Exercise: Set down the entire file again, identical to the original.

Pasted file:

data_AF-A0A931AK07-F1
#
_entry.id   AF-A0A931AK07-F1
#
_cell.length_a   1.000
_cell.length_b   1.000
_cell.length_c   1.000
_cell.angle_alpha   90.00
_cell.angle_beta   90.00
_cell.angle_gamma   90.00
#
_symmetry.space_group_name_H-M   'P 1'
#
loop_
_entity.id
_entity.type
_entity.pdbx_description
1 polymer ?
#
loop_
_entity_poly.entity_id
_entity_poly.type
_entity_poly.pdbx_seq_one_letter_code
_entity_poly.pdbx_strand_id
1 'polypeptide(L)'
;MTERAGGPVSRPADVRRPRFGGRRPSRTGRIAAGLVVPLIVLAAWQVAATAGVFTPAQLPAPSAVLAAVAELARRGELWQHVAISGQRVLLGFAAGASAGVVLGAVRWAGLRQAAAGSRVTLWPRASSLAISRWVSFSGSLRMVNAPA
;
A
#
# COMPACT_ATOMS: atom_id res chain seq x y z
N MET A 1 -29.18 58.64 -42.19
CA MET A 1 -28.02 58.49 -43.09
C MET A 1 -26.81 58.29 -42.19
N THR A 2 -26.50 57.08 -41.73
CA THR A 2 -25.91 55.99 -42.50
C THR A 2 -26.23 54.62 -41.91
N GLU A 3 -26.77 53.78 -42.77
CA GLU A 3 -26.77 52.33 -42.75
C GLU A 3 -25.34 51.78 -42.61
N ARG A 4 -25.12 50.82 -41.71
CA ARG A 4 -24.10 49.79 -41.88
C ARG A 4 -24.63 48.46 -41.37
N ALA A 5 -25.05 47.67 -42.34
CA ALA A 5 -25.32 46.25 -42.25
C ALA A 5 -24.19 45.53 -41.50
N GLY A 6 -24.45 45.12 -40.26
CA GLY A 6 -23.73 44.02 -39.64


data_AF-A0A931AK07-F1
#
_entry.id   AF-A0A931AK07-F1
#
_cell.length_a   1.000
_cell.length_b   1.000
_cell.length_c   1.000
_cell.angle_alpha   90.00
_cell.angle_beta   90.00
_cell.angle_gamma   90.00
#
_symmetry.space_group_name_H-M   'P 1'
#
loop_
_entity.id
_entity.type
_entity.pdbx_description
1 polymer ?
#
loop_
_entity_poly.entity_id
_entity_poly.type
_entity_poly.pdbx_seq_one_letter_code
_entity_poly.pdbx_strand_id
1 'polypeptide(L)'
;MTERAGGPVSRPADVRRPRFGGRRPSRTGRIAAGLVVPLIVLAAWQVAATAGVFTPAQLPAPSAVLAAVAELARRGELWQHVAISGQRVLLGFAAGASAGVVLGAVRWAGLRQAAAGSRVTLWPRASSLAISRWVSFSGSLRMVNAPA
;
A
#
# COMPACT_ATOMS: atom_id res chain seq x y z
N MET A 1 -29.18 58.64 -42.19
CA MET A 1 -28.02 58.49 -43.09
C MET A 1 -26.81 58.29 -42.19
N THR A 2 -26.50 57.08 -41.73
CA THR A 2 -25.91 55.99 -42.50
C THR A 2 -26.23 54.62 -41.91
N GLU A 3 -26.77 53.78 -42.77
CA GLU A 3 -26.77 52.33 -42.75
C GLU A 3 -25.34 51.78 -42.61
N ARG A 4 -25.12 50.82 -41.71
CA ARG A 4 -24.10 49.79 -41.88
C ARG A 4 -24.63 48.46 -41.37
N ALA A 5 -25.05 47.67 -42.34
CA ALA A 5 -25.32 46.25 -42.25
C ALA A 5 -24.19 45.53 -41.50
N GLY A 6 -24.45 45.12 -40.26
CA GLY A 6 -23.73 44.02 -39.64